Contradictions

  Contraries

  Choices

1. Which of the following pairs is contradictory?

You answered:

  rich and poor

The rule for contradictory pairs is that both cannot be true, and both cannot be false, at the same time. Though someone cannot be both rich and poor at once, he or she can be neither. So, "rich and poor" are contraries.

1. Which of the following pairs is contradictory?

You answered:

  left and right

The rule for contradictory pairs is that both cannot be true, and both cannot be false, at the same time. If you had in mind "arms" or "legs" when you answered right and left, you might have a point. For humans, at least, an arm must be either right or left, and cannot be both. But in the more general sense, "right and left" are contraries, because there are other options like "middle."

1. Which of the following pairs is contradictory?

You answered:

  present and absent

Correct!

The rule for contradictory pairs is that both cannot be true, and both cannot be false, at the same time. Something cannot be both present and absent at the same time, but it must be one or the other.

You answered:

  early and late

The rule for contradictory pairs is that both cannot be true, and both cannot be false, at the same time. Early and late are contraries. A bus cannot be simultaneously "early and late," but it can be neither of these, by being "on time."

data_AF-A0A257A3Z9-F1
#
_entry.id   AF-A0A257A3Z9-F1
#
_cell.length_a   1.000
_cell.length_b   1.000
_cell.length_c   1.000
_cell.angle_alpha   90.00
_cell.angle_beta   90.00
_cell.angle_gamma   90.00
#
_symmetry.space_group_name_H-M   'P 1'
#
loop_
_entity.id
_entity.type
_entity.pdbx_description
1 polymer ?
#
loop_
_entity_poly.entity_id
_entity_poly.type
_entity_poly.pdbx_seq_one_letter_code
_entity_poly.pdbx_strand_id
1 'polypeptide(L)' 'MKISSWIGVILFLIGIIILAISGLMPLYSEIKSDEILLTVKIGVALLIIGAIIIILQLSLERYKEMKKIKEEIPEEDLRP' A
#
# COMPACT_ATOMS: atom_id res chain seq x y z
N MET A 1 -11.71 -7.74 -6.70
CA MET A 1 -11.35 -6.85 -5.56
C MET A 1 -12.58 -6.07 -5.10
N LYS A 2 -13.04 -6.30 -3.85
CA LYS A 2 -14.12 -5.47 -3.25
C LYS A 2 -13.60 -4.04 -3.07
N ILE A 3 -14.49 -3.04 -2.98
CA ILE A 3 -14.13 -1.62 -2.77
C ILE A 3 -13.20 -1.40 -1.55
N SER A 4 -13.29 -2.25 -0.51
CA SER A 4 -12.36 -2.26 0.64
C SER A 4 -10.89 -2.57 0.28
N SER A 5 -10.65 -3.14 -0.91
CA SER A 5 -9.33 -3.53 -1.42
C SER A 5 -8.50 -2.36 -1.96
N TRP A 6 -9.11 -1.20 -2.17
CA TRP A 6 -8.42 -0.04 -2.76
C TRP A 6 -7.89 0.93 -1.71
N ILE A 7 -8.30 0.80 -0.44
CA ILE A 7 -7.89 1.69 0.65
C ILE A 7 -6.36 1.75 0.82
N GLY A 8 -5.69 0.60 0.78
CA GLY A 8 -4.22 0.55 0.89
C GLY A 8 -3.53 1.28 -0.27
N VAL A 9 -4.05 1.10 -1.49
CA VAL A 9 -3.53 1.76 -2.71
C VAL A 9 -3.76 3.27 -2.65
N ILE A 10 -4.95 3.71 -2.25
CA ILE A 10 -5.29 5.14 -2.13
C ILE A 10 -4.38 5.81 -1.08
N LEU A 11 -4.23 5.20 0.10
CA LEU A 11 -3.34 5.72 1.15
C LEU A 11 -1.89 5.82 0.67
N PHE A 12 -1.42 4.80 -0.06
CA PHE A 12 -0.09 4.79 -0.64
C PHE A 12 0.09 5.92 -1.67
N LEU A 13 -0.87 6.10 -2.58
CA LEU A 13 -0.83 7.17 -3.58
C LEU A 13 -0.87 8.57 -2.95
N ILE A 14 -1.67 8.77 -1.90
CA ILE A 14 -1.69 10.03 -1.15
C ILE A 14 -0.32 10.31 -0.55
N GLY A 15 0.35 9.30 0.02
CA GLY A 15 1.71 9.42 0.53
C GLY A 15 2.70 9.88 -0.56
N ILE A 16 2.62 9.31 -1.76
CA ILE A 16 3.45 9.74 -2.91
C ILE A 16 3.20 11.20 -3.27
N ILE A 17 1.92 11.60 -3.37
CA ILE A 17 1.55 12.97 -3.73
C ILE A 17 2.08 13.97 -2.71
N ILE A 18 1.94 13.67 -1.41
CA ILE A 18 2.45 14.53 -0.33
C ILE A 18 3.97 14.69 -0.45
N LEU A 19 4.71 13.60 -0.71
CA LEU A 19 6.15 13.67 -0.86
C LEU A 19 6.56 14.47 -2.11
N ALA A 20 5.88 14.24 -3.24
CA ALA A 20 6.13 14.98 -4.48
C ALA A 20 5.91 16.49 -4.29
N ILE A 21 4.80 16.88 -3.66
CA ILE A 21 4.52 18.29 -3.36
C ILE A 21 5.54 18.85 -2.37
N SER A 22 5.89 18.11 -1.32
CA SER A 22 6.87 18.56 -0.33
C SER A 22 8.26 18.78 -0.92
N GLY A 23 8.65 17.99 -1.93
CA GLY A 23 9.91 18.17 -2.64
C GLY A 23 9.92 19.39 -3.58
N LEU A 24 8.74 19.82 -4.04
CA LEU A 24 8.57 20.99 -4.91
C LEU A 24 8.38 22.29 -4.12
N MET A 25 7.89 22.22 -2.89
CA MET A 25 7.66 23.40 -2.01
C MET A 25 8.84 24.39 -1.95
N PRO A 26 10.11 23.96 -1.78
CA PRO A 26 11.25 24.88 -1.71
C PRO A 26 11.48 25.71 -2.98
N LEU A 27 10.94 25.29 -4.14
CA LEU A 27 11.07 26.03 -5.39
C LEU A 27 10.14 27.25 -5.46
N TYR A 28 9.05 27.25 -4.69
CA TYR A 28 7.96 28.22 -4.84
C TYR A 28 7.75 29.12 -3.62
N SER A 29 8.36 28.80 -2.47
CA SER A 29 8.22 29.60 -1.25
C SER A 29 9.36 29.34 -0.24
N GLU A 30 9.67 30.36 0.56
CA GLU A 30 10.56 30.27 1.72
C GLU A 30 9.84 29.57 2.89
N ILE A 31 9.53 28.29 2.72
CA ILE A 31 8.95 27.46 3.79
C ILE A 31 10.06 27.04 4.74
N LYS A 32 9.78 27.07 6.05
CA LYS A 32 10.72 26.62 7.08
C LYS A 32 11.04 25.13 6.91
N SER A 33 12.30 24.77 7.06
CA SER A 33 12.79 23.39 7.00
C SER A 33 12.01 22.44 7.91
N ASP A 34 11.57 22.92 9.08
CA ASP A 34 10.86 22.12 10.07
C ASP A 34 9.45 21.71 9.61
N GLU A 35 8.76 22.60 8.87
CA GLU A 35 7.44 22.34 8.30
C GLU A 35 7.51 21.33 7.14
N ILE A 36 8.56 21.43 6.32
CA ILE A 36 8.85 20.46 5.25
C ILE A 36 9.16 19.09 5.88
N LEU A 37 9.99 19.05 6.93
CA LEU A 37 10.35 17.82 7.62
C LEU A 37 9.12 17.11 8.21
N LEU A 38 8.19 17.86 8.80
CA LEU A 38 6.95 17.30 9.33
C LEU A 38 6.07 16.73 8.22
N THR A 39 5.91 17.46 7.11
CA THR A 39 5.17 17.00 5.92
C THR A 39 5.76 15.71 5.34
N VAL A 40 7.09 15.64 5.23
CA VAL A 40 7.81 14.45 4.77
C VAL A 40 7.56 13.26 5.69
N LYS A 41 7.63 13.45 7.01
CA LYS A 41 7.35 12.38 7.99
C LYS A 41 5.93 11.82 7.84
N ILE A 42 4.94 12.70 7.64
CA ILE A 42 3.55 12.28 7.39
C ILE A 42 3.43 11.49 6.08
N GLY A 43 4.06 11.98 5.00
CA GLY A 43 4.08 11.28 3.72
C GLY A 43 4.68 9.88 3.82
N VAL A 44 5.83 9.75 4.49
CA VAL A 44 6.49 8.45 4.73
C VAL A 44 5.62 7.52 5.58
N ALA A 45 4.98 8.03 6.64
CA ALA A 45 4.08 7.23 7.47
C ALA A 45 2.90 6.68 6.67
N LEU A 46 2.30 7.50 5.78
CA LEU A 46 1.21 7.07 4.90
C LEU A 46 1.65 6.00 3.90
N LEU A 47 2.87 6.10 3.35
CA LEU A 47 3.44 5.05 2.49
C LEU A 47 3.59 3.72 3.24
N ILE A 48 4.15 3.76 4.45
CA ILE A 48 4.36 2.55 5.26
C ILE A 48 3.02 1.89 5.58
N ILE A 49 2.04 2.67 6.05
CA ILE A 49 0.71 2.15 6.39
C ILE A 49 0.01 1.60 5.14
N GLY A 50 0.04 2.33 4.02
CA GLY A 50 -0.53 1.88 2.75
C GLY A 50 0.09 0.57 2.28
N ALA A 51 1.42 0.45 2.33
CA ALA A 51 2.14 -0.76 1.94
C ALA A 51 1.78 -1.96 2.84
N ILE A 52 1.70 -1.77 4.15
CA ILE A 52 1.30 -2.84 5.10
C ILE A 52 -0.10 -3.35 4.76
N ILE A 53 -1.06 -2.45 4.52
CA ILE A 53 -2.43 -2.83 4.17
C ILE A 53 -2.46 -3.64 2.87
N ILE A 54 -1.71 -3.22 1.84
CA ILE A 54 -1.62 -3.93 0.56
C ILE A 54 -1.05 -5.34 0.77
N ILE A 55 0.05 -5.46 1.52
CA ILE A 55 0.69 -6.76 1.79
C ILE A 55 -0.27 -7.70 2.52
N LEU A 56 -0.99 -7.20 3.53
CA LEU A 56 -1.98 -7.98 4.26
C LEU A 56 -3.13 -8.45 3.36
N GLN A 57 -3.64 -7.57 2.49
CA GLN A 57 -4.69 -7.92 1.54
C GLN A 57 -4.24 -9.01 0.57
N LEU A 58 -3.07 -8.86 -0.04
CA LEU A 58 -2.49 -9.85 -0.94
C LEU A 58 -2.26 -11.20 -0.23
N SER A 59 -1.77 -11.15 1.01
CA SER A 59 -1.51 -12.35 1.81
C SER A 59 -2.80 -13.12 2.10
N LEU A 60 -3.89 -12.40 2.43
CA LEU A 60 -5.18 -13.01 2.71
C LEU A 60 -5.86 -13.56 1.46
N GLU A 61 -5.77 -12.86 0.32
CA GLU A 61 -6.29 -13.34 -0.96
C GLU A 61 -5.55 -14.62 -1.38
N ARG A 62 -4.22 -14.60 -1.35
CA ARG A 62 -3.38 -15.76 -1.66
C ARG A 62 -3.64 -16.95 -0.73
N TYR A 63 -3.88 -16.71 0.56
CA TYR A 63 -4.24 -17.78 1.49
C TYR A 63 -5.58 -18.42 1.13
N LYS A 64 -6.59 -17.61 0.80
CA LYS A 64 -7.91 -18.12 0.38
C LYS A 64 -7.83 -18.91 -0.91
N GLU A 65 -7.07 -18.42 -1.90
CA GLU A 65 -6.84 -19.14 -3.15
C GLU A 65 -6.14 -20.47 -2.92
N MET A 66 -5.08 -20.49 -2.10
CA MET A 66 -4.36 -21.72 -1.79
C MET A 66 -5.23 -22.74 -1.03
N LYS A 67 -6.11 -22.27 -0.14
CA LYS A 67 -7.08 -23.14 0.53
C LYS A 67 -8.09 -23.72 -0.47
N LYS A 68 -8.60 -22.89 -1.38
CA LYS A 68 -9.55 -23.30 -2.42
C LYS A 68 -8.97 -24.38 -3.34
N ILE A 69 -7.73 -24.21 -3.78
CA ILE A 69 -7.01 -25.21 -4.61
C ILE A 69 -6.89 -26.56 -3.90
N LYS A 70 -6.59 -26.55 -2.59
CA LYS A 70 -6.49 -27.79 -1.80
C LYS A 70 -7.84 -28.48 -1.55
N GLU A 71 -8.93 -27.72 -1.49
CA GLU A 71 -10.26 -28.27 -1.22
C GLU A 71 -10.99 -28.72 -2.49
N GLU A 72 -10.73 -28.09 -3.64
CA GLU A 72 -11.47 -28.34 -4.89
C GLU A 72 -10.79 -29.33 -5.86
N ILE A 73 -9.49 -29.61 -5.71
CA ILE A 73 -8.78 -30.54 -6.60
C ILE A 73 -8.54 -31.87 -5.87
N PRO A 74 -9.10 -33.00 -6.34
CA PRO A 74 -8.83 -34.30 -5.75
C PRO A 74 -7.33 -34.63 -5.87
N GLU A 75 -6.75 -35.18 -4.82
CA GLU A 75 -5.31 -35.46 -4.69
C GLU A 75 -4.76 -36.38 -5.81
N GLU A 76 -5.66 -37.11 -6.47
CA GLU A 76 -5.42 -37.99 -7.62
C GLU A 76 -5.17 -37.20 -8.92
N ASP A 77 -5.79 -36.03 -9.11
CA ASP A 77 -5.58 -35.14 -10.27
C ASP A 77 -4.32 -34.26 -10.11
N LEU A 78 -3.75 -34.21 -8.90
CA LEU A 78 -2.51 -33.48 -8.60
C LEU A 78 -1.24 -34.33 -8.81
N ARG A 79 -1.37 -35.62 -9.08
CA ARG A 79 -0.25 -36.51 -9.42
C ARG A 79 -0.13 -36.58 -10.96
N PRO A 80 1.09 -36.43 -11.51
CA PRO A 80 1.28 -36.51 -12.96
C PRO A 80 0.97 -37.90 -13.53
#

2. Which of the following pairs is contrary?

You answered:

  good and bad

Correct!

Good and bad are contraries, because both cannot be true, but both can be false. The last movie you saw cannot have been both good and bad at the same time, but it might have been neither by being "average"--as in "one thumb up," or "two stars."

2. Which of the following pairs is contrary?

You answered:

  good and not good

Good and not good are contradictory: everything must be one or the other, because "not good" includes everything that is not "good."

2. Which of the following pairs is contrary?

You answered:

  good and not bad

Good and not bad are open choices. Since "not bad" includes "good," something (for example, a movie) can be both.

2. Which of the following pairs is contrary?

You answered:

  good and ready

Good and ready are choices: you can be one, or the other, or both, or neither. In contraries and contradictories, "both" is impossible.

3. Which of the following pairs is not contradictory?

You answered:

  literate and illiterate

Literate and illiterate are contradictories. The suffix here, "il-," means "not," and so this is equivalent to "A and not-A," the paradigm of a contradiction.

3. Which of the following pairs is not contradictory?

You answered:

  perfect and imperfect

Perfect and imperfect are contradictories. The suffix here, "im-," means "not," and so this is equivalent to "A and not-A," the paradigm of a contradiction.

3. Which of the following pairs is not contradictory?

You answered:

  explored and unexplored